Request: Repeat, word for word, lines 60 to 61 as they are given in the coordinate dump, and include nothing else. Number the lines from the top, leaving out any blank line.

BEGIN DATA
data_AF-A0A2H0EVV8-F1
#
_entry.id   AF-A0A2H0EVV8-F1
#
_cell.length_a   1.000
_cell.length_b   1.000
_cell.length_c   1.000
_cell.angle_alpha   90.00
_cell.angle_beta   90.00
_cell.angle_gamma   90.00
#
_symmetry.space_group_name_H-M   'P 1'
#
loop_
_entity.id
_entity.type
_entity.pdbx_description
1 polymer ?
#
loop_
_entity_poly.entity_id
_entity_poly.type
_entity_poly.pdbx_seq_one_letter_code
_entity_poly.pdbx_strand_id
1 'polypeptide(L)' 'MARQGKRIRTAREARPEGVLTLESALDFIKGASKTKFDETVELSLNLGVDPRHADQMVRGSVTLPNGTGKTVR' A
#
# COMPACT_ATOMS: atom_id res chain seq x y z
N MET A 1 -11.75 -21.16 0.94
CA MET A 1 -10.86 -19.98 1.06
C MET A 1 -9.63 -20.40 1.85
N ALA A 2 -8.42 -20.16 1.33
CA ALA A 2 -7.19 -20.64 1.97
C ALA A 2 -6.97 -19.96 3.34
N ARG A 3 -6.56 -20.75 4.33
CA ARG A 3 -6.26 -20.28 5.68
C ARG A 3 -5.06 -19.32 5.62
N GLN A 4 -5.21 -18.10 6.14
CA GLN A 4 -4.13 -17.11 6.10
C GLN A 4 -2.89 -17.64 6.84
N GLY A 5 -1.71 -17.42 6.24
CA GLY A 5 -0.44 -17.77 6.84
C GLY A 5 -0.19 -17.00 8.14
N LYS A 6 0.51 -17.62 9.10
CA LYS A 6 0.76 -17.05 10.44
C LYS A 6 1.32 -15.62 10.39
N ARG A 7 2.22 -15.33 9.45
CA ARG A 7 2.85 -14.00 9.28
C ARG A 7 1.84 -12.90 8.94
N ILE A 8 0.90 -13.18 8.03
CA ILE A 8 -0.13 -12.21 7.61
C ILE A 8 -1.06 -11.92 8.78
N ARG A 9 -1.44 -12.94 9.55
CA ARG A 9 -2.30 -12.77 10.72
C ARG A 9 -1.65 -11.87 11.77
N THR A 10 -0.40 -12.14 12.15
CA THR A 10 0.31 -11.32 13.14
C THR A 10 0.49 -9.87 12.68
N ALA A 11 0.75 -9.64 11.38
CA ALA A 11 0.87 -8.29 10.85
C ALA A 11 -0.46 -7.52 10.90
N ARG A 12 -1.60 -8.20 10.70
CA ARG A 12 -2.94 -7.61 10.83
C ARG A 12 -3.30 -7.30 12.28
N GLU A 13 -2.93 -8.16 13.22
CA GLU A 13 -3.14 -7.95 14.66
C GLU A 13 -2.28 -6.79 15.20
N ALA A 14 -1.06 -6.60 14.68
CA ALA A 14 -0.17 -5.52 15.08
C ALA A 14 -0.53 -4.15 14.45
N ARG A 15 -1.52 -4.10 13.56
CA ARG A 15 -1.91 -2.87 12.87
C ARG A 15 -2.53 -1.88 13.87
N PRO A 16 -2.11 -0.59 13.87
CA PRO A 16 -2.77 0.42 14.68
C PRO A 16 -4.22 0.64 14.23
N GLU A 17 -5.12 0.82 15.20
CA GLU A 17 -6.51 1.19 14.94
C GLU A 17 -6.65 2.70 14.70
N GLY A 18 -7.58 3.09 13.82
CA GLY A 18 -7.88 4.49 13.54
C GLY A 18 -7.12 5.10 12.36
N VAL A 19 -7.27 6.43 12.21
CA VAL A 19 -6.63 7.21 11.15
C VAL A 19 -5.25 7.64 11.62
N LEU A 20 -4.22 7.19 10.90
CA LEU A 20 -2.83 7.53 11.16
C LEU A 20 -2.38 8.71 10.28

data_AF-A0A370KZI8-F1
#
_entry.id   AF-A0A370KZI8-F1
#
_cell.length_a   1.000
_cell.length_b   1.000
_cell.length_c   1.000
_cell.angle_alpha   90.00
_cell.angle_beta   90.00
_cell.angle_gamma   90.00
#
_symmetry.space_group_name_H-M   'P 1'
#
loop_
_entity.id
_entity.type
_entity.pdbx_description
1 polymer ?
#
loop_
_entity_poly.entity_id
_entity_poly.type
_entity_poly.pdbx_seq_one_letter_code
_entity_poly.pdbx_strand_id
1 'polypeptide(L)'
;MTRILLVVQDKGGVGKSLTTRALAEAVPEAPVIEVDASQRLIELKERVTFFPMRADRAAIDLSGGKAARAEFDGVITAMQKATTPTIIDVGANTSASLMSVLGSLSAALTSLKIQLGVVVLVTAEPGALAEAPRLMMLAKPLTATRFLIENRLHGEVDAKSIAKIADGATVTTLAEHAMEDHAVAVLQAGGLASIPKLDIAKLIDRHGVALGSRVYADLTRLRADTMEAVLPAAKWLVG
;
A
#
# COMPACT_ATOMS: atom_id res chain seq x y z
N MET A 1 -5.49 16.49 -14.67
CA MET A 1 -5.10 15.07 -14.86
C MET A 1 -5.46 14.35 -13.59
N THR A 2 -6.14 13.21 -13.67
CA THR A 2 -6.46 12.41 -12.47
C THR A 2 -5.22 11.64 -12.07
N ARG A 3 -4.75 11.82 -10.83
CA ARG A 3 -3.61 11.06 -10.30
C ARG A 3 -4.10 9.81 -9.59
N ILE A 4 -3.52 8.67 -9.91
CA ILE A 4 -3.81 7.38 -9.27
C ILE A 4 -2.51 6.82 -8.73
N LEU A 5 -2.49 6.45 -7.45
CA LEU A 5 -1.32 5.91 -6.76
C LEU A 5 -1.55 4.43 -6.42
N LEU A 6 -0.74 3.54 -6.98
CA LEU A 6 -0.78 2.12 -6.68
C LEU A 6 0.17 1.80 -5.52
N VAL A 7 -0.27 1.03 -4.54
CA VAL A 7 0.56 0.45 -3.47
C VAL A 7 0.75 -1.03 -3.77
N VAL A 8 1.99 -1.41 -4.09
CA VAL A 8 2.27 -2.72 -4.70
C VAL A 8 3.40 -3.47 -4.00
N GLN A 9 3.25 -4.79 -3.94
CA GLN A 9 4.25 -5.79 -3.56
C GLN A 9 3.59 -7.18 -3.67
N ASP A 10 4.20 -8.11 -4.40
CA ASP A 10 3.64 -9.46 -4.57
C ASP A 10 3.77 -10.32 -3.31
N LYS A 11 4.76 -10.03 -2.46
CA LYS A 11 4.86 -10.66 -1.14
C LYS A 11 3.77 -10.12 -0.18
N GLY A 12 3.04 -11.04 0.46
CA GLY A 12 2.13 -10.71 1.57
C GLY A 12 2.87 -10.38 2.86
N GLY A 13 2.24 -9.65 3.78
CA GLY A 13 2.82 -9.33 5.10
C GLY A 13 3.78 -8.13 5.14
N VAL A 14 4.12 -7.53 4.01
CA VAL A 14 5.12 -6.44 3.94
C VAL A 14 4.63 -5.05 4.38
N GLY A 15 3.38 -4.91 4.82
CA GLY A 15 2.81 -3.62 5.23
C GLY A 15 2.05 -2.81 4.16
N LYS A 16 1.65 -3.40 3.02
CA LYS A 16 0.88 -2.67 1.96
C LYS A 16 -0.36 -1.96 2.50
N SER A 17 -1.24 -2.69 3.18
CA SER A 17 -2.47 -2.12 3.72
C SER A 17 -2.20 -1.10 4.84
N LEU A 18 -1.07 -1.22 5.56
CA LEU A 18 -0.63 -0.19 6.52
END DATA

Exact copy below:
C ALA A 11 -0.46 -7.52 10.90
N ARG A 12 -1.60 -8.20 10.70